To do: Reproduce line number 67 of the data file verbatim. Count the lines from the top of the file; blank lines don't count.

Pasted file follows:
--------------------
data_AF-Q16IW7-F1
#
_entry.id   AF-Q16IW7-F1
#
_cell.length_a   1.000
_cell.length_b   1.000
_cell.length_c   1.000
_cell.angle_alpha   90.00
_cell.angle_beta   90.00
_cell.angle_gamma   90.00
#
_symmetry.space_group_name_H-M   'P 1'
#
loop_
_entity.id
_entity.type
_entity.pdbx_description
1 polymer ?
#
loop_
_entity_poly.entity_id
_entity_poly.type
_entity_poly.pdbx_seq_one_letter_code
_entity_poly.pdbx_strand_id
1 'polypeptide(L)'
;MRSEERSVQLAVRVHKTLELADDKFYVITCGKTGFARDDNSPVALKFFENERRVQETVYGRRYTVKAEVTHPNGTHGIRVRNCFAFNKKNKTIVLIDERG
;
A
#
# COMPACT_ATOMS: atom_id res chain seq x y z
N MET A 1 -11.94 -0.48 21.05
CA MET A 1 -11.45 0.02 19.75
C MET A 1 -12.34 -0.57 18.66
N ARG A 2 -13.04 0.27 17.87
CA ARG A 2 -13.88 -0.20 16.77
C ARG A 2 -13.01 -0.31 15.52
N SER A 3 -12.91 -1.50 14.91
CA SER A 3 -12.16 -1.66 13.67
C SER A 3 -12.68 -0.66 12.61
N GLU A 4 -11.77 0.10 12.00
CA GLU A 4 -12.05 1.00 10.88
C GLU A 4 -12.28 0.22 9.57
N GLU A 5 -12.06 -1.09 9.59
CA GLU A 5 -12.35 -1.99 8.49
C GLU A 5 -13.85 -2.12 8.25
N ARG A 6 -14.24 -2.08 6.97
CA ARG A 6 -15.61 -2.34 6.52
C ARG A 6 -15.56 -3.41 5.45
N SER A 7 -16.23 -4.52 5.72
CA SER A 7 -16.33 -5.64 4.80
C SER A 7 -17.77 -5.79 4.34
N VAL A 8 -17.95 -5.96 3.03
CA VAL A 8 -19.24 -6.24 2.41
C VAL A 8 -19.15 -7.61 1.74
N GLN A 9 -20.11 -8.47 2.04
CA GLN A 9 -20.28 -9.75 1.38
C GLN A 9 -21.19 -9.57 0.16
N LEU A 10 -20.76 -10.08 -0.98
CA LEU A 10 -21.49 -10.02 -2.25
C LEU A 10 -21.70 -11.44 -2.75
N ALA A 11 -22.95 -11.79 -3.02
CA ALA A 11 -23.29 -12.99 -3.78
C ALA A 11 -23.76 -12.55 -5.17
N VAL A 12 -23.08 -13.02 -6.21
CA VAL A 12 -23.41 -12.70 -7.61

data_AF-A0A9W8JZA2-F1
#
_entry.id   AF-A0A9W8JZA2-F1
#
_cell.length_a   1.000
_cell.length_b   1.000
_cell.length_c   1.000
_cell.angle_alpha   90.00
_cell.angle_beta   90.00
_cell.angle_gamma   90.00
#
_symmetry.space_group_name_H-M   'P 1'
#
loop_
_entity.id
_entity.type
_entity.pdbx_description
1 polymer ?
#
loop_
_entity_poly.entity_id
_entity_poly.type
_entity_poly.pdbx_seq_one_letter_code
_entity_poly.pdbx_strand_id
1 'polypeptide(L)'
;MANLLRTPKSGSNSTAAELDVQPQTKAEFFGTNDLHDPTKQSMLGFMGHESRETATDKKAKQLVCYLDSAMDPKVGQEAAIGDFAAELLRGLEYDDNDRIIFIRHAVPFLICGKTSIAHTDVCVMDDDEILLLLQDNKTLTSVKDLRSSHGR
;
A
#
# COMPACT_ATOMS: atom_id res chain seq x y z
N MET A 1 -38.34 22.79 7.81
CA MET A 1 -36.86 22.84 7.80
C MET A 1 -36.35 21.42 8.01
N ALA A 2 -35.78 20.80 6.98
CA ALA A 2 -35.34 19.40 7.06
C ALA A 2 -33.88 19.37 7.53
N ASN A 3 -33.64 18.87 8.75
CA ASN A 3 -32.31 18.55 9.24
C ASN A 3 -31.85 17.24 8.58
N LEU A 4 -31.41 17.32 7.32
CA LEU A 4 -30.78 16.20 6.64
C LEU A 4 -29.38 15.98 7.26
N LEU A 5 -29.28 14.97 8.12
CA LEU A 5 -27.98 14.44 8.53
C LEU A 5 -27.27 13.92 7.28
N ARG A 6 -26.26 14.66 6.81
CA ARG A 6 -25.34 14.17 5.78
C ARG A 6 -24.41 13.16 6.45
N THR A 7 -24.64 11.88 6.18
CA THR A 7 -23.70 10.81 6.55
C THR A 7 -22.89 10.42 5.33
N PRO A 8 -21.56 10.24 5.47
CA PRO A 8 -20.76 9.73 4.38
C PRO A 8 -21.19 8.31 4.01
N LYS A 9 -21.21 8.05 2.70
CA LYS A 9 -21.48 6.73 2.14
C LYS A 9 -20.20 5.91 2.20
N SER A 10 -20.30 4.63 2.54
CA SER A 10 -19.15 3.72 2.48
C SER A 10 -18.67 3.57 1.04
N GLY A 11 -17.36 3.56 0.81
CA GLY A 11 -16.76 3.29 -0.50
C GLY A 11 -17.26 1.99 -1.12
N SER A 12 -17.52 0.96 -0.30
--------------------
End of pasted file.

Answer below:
#